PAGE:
A train passes an old Santa Fe caboose during a long exposure made in the Mojave Desert town of Boron on a very cold night in November, 2010. The neighborhood dogs were barking, and the moon loomed large in the sky as we got out of the car. Conditions looked great for shooting this lonely red caboose with a long stretch of desert in the background. The only thing that would make the shot better would be if a train came by — and before we could even get our tripods setup, a slow moving train rumbled and clanked through the desert night.
Four exposures of 4 minutes at f/8, ISO 200 were combined for the first version of the image. The foreground is from the first exposure, and the sky contains all four exposures for 16 minute star trails. This split exposure for the sky and foreground was accomplished using a simple layer mask in Photoshop. Theoretically the same effect could have be accomplished in camera by physically masking the bottom of the lens after the first train passed. That would certainly be a difficult task, though!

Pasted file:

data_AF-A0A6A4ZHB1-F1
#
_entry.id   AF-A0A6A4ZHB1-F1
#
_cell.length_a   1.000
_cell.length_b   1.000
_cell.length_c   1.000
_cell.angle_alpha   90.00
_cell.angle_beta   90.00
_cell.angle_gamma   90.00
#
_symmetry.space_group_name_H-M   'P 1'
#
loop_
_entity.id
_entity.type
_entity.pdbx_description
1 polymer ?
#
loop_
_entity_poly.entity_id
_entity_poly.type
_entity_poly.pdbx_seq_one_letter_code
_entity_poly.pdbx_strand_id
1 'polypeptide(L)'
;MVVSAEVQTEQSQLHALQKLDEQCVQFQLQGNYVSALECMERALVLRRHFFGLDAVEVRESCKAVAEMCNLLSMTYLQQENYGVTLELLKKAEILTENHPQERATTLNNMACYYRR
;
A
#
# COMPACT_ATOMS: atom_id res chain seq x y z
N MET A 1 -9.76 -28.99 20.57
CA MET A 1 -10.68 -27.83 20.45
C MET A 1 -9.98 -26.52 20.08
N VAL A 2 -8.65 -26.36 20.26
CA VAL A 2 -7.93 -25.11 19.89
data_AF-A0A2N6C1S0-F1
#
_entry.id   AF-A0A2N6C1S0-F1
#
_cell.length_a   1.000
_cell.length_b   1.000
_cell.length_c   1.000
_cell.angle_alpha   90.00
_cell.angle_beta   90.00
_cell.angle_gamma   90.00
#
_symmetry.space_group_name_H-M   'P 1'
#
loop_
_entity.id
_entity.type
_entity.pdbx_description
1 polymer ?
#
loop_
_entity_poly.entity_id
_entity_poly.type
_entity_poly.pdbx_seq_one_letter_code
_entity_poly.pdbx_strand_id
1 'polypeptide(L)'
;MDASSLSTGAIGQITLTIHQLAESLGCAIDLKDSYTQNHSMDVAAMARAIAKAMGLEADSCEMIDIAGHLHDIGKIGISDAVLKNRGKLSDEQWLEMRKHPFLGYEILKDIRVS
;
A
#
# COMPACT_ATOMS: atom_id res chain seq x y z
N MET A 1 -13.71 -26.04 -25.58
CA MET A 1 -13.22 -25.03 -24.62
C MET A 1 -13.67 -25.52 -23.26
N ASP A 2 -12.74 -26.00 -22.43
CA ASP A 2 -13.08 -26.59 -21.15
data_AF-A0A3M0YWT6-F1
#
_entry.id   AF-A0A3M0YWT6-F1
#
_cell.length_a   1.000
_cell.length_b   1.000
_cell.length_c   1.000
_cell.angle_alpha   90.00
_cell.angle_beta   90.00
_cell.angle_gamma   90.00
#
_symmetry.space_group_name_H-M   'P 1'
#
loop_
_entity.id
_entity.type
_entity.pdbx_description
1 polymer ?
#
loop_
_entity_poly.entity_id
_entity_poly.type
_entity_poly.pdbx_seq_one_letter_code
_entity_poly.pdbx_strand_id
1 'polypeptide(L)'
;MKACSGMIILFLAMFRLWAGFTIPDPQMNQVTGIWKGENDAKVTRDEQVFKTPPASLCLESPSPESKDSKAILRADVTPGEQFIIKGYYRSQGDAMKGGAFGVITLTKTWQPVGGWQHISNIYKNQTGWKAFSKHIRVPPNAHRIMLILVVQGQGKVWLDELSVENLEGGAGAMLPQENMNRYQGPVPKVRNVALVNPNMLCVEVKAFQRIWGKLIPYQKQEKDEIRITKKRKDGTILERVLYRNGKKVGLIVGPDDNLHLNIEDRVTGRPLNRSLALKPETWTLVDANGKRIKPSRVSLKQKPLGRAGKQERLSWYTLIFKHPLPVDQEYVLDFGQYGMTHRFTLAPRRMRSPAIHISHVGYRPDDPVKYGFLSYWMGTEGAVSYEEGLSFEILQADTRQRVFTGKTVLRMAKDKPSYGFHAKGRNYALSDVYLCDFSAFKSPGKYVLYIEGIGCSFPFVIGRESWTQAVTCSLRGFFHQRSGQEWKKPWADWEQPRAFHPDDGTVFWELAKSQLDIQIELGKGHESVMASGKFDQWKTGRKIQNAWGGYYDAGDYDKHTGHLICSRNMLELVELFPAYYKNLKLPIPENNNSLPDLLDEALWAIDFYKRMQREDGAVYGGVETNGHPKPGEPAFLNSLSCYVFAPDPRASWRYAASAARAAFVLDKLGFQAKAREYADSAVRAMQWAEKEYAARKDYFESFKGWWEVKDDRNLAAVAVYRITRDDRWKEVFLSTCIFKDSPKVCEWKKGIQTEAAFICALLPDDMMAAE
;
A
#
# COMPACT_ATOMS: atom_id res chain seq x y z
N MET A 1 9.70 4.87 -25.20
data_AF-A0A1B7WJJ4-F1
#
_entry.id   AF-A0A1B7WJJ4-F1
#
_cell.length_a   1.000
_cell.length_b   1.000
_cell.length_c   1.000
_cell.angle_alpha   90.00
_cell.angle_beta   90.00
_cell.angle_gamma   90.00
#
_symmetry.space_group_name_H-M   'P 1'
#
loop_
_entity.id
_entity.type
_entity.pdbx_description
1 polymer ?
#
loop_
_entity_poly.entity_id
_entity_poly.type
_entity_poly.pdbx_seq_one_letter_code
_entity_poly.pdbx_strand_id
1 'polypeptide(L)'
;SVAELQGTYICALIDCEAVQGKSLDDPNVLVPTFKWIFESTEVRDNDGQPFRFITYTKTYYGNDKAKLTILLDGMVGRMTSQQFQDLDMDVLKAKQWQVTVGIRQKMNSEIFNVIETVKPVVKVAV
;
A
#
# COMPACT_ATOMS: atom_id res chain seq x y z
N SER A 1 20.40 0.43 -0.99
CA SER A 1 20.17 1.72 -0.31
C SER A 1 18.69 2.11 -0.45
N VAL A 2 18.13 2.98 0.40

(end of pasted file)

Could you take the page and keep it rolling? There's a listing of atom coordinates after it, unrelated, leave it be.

The alternate version of the image is composed of five 4 minute images and includes a second train heading the other direction. This version has no masking and is exactly what the camera would have seen had I opened the shutter for a single 20 minute exposure. The five exposure stacking technique was used to avoid using in-camera noise reduction, which improves productivity and saves batteries. Using multiple exposures also gave me a wide range of variations in light patterns from the passing trains, depending on how many exposures were combined together.
Which one do you like better?